The U.S-Iran Cyber Security issue

This Article is written by Mr. Syed MuhammadAskari Naqvi, a Student of PCS at National Defense University Islamabad. He is interested in global politics, U.S-Iran ties, Middle Eastern politics, and diplomacy. 


The rivalry between the U.S and Iran began in the aftermath of the 1979 Iranian revolution. On various occasions, both states were entangled in conflict. In the modern age of technology, both states adopted new ways to counter each other, and cyber technology is one of them. Cyberspace is the newest battleground for the U.S.A and Iran in the four-decade cold war. The Islamic Republic of Iran was targeted multiple times by the U.S and its allies. In response to the Iran Revolutionary Guard Corps and ministry of intelligence also conduct cyber operations against them.

Cyber Security

The Iranian current regime is adopting its own cyber security software and internet technologies to protect its networks. In 2014 the Iranian Supreme Leader Ayatollah Ali Khamenei while addressing the university students said, “They should prepare for cyberwar”, and Iran has prepared for this battle against Telaviv and Washington.

Stuxnet Virus: 

The U.S and Iran cyber security issues began in 2006. Since 2006 the United States held various cyber offensive operations against the Iranian government’s computer systems. In 2010, the United States and Israel developed the Stuxnet virus to sabotage Iran’s nuclear facility. More than 1000 centrifuges out of 5000 and 30,000 computers were damaged in these cyber-attacks.

Moreover, the Stuxnet virus also spread throughout Iran’s nuclear power plant at Natanz. However, the government of Iran denied that this was damage; in fact, the Iranian government stated that it caused no significant damage. Recently Iran Nuclear scientist Mohsin Fakhrizadeh was assassinated by a remote control machine gun that was operating through a satellite.

This research paper will help to understand the repercussions of cyberwar in the Middle Eastern region.

Factors behind the U.S-Iran Cyberwar:

Cyberwarfare is considered a part of Iran’s soft war military strategy. Being both victim and wager of cyber warfare, Iran is considered an emerging military power in this particular field. Since November 2010, “The Cyberdefense Common” of Iran has been operating under the umbrella and supervision of the “Passive Civil Defense Organization” which itself is a subdivision of the joint staff of Iranian Armed forces.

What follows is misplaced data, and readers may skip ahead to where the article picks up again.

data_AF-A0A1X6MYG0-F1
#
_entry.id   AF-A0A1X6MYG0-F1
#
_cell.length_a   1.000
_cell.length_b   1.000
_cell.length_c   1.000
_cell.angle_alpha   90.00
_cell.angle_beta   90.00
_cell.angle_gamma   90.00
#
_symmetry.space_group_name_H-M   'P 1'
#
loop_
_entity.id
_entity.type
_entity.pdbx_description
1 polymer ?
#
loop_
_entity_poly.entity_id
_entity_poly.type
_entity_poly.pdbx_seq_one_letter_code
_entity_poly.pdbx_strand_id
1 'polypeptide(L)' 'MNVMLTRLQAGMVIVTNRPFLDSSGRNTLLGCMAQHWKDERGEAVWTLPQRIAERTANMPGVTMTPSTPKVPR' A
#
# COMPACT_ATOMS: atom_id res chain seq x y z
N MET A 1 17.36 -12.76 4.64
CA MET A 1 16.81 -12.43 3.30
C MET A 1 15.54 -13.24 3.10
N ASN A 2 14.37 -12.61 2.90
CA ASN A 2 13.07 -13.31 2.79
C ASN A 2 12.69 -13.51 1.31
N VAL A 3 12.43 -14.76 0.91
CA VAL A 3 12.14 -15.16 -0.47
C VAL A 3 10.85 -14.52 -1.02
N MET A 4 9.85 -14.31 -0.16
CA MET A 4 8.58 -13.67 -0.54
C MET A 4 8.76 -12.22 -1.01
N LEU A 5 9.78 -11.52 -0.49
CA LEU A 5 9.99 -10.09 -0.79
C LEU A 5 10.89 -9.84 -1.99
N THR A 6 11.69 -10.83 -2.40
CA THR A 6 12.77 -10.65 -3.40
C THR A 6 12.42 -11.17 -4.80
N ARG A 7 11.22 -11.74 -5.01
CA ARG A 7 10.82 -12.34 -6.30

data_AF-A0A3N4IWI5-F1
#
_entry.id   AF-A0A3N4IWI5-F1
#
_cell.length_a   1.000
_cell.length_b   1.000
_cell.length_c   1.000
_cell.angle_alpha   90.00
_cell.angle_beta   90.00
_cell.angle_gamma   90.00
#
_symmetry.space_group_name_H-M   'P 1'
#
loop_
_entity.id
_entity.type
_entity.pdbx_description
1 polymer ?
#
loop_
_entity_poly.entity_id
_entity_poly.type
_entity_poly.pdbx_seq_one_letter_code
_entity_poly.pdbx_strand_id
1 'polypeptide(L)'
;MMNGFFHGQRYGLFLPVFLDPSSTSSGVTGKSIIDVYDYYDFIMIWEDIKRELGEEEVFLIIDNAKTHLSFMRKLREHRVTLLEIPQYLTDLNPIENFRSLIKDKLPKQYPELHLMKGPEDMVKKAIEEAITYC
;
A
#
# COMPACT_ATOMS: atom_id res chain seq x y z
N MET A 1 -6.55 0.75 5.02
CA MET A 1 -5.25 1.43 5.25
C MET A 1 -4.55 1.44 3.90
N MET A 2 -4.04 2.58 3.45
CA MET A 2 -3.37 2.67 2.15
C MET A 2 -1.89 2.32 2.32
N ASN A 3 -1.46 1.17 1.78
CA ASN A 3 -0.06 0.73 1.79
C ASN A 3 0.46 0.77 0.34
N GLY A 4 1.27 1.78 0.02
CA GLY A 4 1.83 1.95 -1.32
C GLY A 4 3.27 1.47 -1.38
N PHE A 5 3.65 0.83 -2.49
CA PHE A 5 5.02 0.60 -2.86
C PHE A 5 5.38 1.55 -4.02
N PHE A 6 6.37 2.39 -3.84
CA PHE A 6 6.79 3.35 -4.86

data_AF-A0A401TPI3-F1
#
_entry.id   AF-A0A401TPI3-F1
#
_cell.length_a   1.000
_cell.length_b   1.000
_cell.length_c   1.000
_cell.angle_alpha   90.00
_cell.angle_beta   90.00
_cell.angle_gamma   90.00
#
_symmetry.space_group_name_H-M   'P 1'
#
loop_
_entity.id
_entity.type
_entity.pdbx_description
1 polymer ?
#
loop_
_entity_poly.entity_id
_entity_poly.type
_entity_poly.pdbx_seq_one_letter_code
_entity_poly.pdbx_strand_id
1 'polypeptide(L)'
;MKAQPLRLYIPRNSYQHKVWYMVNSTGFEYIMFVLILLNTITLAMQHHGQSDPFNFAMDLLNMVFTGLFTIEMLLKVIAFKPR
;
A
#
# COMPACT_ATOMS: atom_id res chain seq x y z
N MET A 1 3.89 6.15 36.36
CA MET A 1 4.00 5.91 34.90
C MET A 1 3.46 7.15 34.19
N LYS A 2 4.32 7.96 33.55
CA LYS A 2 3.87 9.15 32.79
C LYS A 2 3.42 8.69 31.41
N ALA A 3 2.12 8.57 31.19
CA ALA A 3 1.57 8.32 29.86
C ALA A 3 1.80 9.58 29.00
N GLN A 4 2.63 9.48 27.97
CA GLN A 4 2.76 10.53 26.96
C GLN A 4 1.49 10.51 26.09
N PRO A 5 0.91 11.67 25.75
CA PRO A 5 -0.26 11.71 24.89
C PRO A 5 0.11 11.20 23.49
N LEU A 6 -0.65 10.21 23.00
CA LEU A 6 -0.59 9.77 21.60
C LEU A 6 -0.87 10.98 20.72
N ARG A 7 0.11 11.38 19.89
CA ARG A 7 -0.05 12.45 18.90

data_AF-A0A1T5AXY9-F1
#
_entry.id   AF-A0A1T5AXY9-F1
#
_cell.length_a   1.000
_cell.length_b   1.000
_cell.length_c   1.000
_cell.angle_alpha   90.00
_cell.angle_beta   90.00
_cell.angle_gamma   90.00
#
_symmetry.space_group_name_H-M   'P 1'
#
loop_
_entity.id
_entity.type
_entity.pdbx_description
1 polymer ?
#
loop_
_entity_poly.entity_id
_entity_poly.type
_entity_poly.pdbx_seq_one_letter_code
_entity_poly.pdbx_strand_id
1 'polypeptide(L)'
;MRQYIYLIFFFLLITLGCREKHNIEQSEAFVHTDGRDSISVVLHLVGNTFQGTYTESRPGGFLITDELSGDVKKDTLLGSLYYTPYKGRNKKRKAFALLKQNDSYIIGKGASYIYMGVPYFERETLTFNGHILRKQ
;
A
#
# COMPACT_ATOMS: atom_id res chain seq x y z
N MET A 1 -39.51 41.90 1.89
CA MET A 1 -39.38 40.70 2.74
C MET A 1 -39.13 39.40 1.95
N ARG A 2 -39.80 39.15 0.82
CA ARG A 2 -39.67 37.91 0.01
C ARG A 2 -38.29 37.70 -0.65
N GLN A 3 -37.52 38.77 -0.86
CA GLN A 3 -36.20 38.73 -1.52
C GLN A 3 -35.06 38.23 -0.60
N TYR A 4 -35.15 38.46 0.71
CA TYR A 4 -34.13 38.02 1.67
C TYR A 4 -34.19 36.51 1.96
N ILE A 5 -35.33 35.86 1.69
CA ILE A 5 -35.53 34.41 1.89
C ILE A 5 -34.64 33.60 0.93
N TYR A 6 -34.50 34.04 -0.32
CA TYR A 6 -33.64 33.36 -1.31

Iran is one of the most active players in the regional and International cyber arena as stated by an anonymous General of Revolutionary Guard that Iran has the 4th biggest cyber power among the world’s cyber armies. Iran is currently running two surveillance operations in cyberspace targeting more than 1000 dissidents according to a report by a cyber-security company published in 2021.

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As a matter of fact that America has got two close allies in the Middle Eastern region Israel and Saudi Arabia. Interestingly both of these countries shared common enmity with Iran. Iran is factually the major threat to Israel, KSA, and America.

As a matter of fact, that succession of Iran in the cyber security arena could threaten the security of America’s two major allies in the Middle East and it will also challenge the strategic and political interest of America. The long-standing U.S-Iran rivalry is the key factor behind this animosity. The previous government of Trump was quite harsh with Iran over the issue of JCPOA and it enraged Iran again, resultantly Iran again launched a campaign against America and its allies, particularly in the cybersphere.


Abraham Accord: 

On the 13th of August 2020, an accord was signed between UAE and Israel named the Abraham accord. As the result of the Abraham accord, the new balance of power in the region has made Israeli influence and presence extend to the borders of Iran, further increasing the possibility of a major conflict.

The Abraham Accords which were meant to introduce stability to the region are contrarily introducing new tensions in the region. Correspondingly, Iran will increase its skepticism in its interstate relations with its Persian Gulf counterparts. Seeing both Iranian and Israeli power dynamics moving strategically closer and closer, the probability of an escalation of direct conflict consolidates. Thus, the deals that were meant to empower regional peace and stability might just ignite a major flame.

As a result of the Abraham Accord, one of the most important countries of the Middle East UAE has recognized Israel as a sovereign state.

UAE’s recognition is surely the biggest diplomatic victory of Israel. This deal neutralizes the long-standing Arab-Israel conflict. Basically, UAE opened the way for the rest of the Arab nations to normalize their relations with Israel.

UAE has been facing existential security threats from insurgent groups. UAE has also been facing cyber threats. With this Abraham deal, Israel would render cyber technology to counter cyber attacks.

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Israel would also train UAE’s military to counter insurgent groups and both states would also have Navel and Intelligence collaboration. US would also provide F-35 fighter jets to UAE. In the backdrop of Abraham’s accord, it could be possible that the U.S. and Israel would back UAE in cyberspace against Iran because of the fact that Iran is a common enemy of the USA, KSA, Israel, and UAE in this region.

USA and Israel are trying to create this cyber game more tuff for Iran by signing this accord. It would be difficult for Iran to counter 4 enemies at the same time in this cyberwar.

Cyber Skirmishes between the U.S and Iran: